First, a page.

Sep 24: Hazing: A student and his parents have filed a lawsuit against a University of Alabama fraternity, saying he suffered a traumatic brain injury while being hazed as a fraternity pledge earlier this year. The lawsuit filed last week accuses Sigma Alpha Epsilon fraternity and others associated with it of fraud, negligence and assault and battery. The lawsuit was filed by the teen, referred to only as H.B. in the filing because he is a minor; and his parents, who live in Texas. The lawsuit says H.B. was repeatedly punched, sprayed with a water hose, told to yell a racial slur at a nearby Black student and hit in the head with a basketball, which caused him to lose consciousness, see stars and suffer a traumatic brain injury. (link)

Sep 20: Hazing: Boston College said on Wednesday that it had suspended its swimming and diving program indefinitely after university officials learned about hazing within the teams. The university did not disclose details about the hazing, when it took place or how extensive it was. "The university does not -- and will not --tolerate hazing in any form," Boston College said in a brief statement on Wednesday announcing the suspension of both the men's and women's teams. It added that the teams' student-athletes would still "have access to academic and medical resources provided to all Boston College student-athletes." (link)

Sep 13: Campus Threat: Local police cleared students, faculty and others at the University of North Carolina at Chapel Hill to "resume normal activities" more than an hour after the school community was under lockdown over a warning of an "armed and dangerous person." It's the second time that the school has been under a lockdown under a similar threat since the start of the semester. University officials canceled classes for the rest of the day following the lockdown, said UNC Chancellor Kevin Guskiewicz during a news conference on Wednesday afternoon. Brian James, chief of police at UNC Chapel Hill, said that witnesses described the suspect brandishing a gun at a bagel shop called Alpine Bagel in the campus's Student Union, over an employment-related conflict. (link)

Sep 07: Building Safety: Professors emptying out their offices and classrooms, hallways lined with moving boxes and carts, students and staff given just a days notice to get out. It's the unexpected evacuation of Davies Hall at American River College in Sacramento County due to concerns over earthquakes. "There could be catastrophic failure in this building," said Lisa Cardoza, ARC's president. Cardoza says Davies Hall was built in 1967 and a recent structural survey shows it does not meet current state seismic safety standards. Its "lift slab" architectural design could crumble if there was an earthquake. "With the information that we had, any event could potentially bring this building down and we just couldn't take that risk," Cardoza said. (link)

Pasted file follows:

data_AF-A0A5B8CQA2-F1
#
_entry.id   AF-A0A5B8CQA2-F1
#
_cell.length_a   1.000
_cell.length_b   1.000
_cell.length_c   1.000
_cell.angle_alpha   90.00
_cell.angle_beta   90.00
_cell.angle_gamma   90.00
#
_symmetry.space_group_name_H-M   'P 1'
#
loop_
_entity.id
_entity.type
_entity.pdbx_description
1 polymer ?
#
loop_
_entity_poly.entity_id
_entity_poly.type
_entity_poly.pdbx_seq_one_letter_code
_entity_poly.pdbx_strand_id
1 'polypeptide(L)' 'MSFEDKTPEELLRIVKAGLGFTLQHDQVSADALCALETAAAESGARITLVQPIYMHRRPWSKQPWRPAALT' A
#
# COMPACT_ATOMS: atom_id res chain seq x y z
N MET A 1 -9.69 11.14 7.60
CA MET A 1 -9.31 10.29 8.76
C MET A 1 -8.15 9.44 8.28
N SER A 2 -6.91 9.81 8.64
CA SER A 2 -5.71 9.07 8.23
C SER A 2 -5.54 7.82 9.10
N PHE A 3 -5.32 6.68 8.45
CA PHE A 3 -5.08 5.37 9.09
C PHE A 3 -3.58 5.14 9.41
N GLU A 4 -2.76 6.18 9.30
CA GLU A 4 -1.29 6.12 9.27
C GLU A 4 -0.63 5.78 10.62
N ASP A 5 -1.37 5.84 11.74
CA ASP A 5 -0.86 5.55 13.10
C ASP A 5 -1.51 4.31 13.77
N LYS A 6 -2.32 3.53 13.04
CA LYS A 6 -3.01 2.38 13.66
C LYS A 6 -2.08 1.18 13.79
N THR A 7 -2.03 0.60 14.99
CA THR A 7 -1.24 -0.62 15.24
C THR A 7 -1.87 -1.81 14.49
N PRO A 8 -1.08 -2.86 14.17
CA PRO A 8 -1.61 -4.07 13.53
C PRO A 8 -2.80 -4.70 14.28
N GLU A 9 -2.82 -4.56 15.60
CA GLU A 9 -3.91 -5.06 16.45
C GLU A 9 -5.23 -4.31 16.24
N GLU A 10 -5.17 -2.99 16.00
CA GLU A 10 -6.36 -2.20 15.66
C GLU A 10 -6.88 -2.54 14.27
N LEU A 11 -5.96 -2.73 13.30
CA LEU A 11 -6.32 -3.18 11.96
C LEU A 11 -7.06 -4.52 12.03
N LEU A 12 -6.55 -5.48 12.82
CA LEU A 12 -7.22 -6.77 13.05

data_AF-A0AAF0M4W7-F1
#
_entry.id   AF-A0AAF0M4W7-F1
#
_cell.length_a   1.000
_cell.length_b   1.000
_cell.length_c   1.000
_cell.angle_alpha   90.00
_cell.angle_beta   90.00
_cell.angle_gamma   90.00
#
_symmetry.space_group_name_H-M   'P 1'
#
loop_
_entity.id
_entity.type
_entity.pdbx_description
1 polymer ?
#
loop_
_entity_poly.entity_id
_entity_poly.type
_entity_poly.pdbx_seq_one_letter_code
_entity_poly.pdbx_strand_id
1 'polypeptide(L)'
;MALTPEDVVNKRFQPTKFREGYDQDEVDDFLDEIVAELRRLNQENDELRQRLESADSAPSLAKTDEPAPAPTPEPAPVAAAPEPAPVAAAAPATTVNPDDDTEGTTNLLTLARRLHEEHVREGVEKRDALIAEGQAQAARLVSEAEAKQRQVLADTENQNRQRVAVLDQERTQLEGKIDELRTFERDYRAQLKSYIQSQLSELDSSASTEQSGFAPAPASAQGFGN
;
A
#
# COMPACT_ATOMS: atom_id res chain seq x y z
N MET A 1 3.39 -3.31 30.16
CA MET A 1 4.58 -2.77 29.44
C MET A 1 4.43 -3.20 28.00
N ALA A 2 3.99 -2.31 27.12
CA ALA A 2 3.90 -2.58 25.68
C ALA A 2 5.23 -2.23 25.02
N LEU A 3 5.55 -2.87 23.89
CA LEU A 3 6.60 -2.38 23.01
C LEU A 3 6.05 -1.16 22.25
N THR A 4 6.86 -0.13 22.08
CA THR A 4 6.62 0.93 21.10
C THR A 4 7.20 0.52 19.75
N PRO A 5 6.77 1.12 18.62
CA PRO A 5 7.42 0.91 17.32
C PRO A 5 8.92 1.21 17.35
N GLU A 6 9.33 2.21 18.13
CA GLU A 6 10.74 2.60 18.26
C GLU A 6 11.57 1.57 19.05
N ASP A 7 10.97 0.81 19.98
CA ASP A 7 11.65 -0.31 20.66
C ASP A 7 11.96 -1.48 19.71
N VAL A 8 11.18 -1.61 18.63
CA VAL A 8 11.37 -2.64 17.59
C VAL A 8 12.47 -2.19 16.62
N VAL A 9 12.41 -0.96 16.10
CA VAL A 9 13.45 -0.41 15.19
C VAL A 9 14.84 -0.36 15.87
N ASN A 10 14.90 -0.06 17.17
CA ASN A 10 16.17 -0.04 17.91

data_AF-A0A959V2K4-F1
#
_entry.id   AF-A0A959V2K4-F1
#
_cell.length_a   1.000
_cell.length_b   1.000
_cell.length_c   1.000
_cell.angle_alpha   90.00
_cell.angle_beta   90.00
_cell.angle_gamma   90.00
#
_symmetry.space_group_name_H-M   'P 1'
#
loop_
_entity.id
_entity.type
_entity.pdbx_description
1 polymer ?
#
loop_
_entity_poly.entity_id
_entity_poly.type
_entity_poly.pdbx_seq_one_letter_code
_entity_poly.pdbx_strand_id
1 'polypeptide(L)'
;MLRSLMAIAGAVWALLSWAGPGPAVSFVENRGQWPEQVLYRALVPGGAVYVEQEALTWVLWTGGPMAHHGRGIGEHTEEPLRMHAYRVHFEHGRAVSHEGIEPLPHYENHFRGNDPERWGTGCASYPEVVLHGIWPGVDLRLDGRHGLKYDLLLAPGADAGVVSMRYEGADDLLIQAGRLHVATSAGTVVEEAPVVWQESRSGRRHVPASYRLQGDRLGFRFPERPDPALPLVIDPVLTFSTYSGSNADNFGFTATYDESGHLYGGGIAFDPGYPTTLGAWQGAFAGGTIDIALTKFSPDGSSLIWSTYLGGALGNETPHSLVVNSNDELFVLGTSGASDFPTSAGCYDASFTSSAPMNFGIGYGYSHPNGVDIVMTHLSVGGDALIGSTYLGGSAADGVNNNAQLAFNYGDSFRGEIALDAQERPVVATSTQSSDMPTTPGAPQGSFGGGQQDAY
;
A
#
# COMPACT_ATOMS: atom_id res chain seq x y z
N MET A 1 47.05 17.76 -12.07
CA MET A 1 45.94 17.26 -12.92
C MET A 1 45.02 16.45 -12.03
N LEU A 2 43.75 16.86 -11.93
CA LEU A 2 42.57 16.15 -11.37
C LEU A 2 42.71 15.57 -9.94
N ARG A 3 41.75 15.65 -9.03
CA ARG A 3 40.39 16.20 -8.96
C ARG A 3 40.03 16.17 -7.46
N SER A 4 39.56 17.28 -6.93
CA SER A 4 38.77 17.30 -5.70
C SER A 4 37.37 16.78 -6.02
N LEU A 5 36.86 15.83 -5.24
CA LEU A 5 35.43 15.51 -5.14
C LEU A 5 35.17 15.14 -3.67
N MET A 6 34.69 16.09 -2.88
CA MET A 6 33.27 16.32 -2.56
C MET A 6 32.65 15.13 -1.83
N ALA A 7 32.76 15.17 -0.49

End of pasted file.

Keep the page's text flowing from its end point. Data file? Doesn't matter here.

Sep 05: Accident: A pier just off the University of Wisconsin-Madison campus that was crowded with 60 to 80 people collapsed Monday afternoon, causing minor injuries to about two dozen people, police said. The pier, located near the Memorial Union Terrace on Lake Mendota, is owned by the university and was scheduled to be removed for the season on Tuesday, said Officer Jeff Kirchman, of the UW-Madison Police Department, which responded. Kirchman said he didn't have any information as to whether the pier was over capacity. In a statement, UW officials said an investigation will be conducted into the collapse. (link)

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If you have any suggestions, questions or feedback, please e-mail Kevin Robinson at or Robert Gottesman at We hope you find this information useful and would appreciate hearing your thoughts. Feel free to forward this email to your direct reports, colleagues, employees or others who might find it of value. Back issues of this newsletter are available on our web site.